The poem was published in the Civil and Military Gazette on 26 April 1884, over the signature Dan Dindigul, and headed:
A grant of Rs. 700 was sanctioned towards the purchase of two tiger cubs from Delhi
for the [Zoological] Gardens——Proceedings of Lahore Municipality, April 23rd, 1884.
The same issue of the CMG had a leader commenting adversely on the Municipal Committee’s action:
Considering that the incidence of Municipal taxation is rather higher in Lahore than in Umritsar and Delhi, and a good deal higher than the incidence of taxation in Lucknow, Allahabad, Cawnpore, or Agra, and considering, too, that the state of the roads and drains in Lahore shows evident traces of parsimony in these respects, it may well be urged that the Municipal Commissioners might have found something better to spend their money on than tiger cubs.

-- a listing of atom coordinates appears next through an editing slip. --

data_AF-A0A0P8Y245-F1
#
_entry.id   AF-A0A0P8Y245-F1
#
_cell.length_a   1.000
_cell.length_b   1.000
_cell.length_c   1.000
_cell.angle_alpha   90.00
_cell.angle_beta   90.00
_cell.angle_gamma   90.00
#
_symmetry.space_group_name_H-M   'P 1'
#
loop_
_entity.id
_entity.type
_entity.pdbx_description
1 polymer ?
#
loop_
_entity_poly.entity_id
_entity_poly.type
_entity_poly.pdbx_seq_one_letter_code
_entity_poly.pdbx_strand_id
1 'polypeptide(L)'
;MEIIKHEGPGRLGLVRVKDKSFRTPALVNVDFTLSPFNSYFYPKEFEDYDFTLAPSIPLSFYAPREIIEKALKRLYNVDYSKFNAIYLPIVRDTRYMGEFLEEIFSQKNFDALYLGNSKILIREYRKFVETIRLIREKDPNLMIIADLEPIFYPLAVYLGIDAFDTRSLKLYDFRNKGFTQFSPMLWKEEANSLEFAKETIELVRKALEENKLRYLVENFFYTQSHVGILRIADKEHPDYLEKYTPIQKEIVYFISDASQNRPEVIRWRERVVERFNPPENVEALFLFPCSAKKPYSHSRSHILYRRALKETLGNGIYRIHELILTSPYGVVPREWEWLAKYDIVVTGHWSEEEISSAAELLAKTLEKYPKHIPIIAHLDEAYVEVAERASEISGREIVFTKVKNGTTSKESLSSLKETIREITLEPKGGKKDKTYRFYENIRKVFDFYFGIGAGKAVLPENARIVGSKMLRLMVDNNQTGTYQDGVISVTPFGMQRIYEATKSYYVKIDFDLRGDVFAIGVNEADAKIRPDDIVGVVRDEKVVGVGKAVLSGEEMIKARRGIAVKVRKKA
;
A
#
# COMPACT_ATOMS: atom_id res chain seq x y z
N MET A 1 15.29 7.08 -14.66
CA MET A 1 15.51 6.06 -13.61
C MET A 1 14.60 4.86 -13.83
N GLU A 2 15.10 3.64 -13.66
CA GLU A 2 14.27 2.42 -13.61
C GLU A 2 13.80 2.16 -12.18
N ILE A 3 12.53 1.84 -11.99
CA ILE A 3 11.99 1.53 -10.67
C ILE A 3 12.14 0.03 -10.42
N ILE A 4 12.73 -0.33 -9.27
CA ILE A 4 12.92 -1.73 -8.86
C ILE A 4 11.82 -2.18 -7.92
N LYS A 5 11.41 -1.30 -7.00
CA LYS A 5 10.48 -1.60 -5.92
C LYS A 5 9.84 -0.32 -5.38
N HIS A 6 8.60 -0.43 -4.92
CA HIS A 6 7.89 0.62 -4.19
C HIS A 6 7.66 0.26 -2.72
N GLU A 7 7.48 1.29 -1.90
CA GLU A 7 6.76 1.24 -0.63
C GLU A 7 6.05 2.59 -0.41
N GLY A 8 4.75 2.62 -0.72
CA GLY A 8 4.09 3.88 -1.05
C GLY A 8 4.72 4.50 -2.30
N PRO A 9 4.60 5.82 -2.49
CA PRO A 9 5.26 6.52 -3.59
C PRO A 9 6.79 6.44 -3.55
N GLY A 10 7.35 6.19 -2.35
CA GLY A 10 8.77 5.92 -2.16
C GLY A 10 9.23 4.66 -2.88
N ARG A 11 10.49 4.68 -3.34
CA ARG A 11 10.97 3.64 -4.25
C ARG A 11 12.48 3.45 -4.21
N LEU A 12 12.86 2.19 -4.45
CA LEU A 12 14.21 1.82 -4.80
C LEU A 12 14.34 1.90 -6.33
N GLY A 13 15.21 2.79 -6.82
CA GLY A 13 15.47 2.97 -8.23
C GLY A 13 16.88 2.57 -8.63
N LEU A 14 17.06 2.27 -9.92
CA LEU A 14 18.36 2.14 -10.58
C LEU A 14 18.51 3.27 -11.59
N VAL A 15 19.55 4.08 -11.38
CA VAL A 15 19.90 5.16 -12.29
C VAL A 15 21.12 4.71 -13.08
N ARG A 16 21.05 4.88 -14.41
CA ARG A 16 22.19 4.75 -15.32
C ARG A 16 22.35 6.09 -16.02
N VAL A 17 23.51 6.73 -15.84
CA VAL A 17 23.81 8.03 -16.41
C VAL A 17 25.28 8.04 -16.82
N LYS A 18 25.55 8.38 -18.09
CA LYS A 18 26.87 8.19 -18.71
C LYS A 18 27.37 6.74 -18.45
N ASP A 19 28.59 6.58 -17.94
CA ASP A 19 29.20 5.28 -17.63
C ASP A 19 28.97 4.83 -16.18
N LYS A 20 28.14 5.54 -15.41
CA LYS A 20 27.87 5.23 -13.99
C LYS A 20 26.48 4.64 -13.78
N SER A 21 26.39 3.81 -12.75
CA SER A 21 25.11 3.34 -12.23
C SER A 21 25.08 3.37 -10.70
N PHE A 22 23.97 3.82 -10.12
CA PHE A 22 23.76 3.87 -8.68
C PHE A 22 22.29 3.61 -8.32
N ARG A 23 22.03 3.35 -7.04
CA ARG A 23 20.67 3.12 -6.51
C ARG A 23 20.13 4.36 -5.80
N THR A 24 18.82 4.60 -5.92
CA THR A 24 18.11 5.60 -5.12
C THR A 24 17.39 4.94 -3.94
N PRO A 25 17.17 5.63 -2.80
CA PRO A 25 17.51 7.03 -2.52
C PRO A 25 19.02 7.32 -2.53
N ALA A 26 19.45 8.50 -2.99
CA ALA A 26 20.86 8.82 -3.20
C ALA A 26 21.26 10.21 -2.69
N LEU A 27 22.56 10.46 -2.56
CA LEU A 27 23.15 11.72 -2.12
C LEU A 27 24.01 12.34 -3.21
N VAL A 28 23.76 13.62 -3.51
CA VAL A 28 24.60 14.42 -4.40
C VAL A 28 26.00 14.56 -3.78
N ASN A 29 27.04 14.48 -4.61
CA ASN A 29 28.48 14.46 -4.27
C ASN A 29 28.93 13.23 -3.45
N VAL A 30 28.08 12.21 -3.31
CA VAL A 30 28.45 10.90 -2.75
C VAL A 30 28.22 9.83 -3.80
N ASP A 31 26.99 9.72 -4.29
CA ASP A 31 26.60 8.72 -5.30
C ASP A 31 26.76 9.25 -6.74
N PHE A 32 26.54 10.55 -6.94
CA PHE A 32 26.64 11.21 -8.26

Kipling acknowledges authorship of this poem in a letter (now in the Library of Congress) to his aunt Edith Macdonald dated 28 April 1884:
This “Poet’s mind” has been vexed by the “shallow wit” of the Lahore Municipality and the result, as you will see, is duly enclosed. Maybe it will amuse you. The Municipality are fairly wrath, the more so as most of the other Indian journals are copying the doggerel.
The “Poet’s mind” reference is from Tennyson’s poem of that name:
Vex not thou the poet’s mind
With thy shallow wit.
Kipling had also previously quoted it in relation to the the dangers of inaccurate shooting practice by the Punjab Volunteer Rifles. See “A Beleaguered City”.
Notes on the Text
A bas down with the. (French)
entre nous between ourselves. (French)
Donald Town, Mozung areas of Lahore.
©Philip Holberton 2020 All rights reserved